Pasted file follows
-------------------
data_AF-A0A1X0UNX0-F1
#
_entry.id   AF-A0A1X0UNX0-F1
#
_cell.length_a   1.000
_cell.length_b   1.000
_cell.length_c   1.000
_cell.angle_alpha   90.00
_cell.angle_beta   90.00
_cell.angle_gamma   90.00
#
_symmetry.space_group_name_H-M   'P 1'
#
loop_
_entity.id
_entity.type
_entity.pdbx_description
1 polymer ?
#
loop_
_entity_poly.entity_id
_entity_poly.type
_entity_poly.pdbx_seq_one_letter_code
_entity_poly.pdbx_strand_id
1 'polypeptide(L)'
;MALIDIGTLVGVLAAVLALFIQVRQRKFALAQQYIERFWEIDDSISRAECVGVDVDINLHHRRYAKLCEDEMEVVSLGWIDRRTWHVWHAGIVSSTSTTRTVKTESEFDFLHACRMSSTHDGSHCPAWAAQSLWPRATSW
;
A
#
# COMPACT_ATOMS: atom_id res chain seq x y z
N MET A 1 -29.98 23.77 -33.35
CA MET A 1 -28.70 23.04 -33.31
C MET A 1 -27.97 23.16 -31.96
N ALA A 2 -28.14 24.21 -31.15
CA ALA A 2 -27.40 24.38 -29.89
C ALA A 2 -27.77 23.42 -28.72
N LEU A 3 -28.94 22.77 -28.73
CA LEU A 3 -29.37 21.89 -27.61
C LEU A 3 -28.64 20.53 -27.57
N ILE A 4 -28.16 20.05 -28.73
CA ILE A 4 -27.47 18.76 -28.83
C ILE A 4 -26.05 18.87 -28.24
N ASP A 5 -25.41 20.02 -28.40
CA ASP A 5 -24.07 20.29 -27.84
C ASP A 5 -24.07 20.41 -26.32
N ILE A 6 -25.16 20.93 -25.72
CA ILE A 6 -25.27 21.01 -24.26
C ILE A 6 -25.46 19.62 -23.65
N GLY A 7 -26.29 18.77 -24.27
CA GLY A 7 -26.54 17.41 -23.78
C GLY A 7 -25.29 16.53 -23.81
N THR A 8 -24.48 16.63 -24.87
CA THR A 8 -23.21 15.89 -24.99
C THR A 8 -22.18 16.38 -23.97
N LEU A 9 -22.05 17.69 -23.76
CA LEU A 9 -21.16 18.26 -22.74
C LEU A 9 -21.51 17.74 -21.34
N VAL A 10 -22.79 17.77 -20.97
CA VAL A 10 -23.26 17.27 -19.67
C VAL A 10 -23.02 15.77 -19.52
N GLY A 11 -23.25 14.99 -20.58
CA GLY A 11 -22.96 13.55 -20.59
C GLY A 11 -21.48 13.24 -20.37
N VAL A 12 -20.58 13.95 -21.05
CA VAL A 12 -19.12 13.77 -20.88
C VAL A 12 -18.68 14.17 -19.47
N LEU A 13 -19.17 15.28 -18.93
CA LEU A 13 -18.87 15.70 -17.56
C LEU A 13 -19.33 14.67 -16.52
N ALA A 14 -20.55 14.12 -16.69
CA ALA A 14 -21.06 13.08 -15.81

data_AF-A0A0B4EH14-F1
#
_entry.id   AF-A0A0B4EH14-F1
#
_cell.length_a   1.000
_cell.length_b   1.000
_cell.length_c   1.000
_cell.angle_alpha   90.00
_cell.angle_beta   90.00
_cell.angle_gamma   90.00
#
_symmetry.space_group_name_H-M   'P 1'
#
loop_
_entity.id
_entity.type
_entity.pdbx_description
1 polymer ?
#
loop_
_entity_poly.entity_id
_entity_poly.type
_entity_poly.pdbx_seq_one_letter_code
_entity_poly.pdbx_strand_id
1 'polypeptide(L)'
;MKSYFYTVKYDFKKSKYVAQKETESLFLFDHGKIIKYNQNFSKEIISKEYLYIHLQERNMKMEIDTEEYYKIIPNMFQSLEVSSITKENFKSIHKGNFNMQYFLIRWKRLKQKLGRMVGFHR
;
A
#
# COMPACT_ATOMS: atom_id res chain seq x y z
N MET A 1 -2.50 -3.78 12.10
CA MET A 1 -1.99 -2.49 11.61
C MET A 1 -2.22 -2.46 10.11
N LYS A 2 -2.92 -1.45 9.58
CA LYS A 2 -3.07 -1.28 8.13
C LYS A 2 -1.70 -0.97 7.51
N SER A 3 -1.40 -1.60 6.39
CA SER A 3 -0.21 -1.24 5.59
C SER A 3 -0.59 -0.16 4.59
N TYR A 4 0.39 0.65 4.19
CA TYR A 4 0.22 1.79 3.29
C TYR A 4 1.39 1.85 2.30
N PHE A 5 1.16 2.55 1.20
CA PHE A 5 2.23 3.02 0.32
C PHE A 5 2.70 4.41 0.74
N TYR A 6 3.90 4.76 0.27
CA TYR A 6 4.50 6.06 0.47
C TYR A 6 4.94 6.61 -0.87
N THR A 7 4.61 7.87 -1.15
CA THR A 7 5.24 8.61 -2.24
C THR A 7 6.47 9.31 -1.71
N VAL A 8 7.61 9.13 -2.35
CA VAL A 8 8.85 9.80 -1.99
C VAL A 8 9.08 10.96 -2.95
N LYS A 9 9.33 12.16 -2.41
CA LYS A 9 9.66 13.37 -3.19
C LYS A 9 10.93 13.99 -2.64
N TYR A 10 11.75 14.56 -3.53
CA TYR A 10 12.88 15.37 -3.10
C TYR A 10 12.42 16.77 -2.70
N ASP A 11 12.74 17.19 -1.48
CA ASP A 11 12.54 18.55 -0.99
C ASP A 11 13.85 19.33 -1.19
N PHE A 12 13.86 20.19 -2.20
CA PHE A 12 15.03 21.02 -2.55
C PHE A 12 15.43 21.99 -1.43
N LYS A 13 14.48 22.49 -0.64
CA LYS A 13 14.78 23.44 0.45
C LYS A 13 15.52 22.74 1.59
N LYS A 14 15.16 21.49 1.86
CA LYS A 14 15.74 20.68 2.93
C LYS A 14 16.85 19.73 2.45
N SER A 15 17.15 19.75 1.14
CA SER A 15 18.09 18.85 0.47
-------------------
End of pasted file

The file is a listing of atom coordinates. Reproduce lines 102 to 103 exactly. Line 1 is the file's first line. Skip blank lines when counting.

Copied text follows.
N MET A 1 -2.50 -3.78 12.10
CA MET A 1 -1.99 -2.49 11.61